Environment

What is a Desert Climate?

A desert climate is experienced in arid regions and it is characterized by very low precipitation.

Desert or arid climate is experienced in arid regions and it is characterized by very low precipitation, ranging between 25 mm and 200 mm annually. In some deserts such as Arica in Chile, the average annual rainfall is about 1 mm. In some years, some deserts may experience no rainfall at all. Some areas that experience precipitation exceeding 200 mm annually but lose more water through evapotranspiration also fall under the desert climate.

Variations of Desert Climates

There are two main variations of this climate, the hot desert climate and the cold desert climate. The third variation, which is not as common as the first two, is the mild desert climate. Isotherms are used to determine the various types of desert climates. The most common and accurate one is an average annual temperature of 180C. If the mean annual temperature of an arid region falls above the isotherm, the region is classified as a hot desert with a hot desert climate. Cold deserts are areas whose mean annual temperatures fall below the isotherm. Other isotherms used to differentiate desert climates are 00C or an average temperature of -30C during the coldest month. 180C is mostly used because it gives a more accurate insight into the temperatures of an arid region throughout the year.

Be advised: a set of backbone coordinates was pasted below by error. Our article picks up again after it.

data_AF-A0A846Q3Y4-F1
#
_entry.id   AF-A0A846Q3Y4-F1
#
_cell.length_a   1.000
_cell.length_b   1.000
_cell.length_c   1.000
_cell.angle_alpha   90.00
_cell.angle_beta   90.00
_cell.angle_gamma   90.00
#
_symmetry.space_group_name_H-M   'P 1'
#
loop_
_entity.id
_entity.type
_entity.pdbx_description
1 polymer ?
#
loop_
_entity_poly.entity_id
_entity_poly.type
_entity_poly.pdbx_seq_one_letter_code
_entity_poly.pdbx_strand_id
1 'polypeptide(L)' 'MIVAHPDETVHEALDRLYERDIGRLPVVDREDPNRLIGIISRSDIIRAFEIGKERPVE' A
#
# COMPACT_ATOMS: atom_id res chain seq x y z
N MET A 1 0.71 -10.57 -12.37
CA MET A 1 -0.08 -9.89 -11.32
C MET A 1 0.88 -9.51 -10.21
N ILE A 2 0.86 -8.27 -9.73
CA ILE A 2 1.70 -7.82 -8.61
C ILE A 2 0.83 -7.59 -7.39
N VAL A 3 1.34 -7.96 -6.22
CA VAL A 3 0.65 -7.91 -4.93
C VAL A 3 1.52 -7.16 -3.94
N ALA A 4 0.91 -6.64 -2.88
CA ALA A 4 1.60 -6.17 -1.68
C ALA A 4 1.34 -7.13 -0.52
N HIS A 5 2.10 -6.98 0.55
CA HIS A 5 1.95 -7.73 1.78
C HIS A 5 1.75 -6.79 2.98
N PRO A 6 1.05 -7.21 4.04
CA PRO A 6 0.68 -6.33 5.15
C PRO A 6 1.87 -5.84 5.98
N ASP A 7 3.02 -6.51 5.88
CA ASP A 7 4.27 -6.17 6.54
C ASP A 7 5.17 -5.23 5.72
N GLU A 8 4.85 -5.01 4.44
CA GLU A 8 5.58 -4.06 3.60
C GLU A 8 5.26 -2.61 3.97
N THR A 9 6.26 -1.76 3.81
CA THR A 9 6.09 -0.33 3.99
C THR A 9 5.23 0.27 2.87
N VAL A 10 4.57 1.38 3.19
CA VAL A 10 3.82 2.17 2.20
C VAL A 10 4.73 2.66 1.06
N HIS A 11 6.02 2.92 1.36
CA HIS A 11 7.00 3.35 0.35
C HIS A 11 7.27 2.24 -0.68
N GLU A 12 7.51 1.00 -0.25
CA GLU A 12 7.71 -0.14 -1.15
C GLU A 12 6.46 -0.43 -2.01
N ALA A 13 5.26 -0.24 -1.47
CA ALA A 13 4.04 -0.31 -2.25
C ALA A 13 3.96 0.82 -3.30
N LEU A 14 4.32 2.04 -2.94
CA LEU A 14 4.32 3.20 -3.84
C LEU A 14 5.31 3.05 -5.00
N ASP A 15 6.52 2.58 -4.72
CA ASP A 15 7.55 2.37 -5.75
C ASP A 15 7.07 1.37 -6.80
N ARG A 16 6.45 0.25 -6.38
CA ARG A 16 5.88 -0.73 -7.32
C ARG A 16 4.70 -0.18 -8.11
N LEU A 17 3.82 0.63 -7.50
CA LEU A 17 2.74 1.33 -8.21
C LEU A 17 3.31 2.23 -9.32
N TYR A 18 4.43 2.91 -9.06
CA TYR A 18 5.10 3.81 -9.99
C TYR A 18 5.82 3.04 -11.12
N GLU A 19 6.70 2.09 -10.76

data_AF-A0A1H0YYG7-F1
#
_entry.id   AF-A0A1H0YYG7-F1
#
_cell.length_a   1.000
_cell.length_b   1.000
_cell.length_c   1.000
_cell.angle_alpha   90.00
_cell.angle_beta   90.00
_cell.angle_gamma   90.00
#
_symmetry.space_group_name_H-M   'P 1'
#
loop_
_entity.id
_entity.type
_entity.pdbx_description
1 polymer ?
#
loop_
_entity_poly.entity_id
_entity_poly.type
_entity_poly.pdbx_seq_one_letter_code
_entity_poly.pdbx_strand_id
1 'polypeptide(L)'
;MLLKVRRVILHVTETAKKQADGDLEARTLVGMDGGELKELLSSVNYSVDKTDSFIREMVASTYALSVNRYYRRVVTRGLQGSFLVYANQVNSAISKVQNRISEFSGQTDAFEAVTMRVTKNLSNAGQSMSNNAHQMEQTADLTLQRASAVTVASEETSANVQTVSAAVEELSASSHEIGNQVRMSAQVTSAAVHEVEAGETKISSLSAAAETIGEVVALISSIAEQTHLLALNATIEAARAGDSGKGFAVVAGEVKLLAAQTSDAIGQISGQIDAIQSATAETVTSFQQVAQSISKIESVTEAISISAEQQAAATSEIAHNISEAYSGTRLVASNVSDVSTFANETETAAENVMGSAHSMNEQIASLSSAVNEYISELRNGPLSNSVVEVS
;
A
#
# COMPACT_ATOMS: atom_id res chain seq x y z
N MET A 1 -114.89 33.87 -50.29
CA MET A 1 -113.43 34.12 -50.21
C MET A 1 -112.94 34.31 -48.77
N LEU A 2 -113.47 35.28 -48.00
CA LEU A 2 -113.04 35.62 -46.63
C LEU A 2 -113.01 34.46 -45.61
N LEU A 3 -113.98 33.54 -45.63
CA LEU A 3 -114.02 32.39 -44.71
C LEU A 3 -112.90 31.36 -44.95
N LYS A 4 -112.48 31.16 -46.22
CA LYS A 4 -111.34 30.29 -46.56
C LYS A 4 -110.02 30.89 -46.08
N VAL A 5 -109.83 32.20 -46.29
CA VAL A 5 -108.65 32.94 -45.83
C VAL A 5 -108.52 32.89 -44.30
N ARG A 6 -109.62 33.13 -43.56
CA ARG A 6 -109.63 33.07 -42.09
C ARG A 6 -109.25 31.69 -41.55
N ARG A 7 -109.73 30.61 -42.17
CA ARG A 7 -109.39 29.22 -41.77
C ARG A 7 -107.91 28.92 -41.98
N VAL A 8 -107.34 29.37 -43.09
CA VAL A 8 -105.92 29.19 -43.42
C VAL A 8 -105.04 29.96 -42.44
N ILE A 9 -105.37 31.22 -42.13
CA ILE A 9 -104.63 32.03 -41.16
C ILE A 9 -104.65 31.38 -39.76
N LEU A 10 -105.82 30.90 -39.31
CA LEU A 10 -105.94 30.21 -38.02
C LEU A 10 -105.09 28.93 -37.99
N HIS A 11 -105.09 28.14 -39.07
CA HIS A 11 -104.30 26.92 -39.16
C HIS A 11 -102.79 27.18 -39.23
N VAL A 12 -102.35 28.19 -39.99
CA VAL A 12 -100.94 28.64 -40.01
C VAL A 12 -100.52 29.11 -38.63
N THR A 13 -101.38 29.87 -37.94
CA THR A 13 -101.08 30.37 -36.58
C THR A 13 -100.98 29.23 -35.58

Hot Desert Climate

Areas that experience hot desert climates are found within the 300 N and 300 S latitudes. This belt is known as the subtropical ridge, and it is an area of high atmospheric pressure. Generally, the climate in these areas is hot, dry, and sunny throughout the year. In summer, the maximum temperature may soar to 400C and the hottest regions sometimes experience temperatures exceeding 450C. The annual average temperature in hot deserts is usually very high, at times surpassing 300C. Nights are generally colder than days and during the coldest months of the year, night-time temperatures may drop to freezing point. The cold nights are due to excessive loss of radiation beneath the clear desert skies.

Examples of regions that experience the hot desert climate are the Kalahari Desert in Southern Africa, the Sahara Desert in North Africa, the Arabian Desert in the Middle East, the Thar Desert in south Asia, the Simpson Desert in Australia, and the Sonoran Desert which lies between the United States and Mexico.

Cold Desert Climate

Cold desert climates are mainly found in temperate zones, usually on the leeward side of high mountains. The peaks block moisture-bearing winds from advancing into these regions, hence restricting precipitation. They occur at higher altitudes compared to hot desert climates. Summers in cold desert climates are hot and dry while winters are cold, dry, and they also lack snow. Deserts that experience this climate are drier than those that lie within the hot desert climate.

Examples of regions within the cold desert climate are the Gobi Desert in Mongolia, the Patagonian Desert in Argentina, the Kaptana Desert in Central Asia, the Karagiye Depression in Kazakhstan, the Great Basin Desert in the United States, and the Tabernas Desert in Spain.

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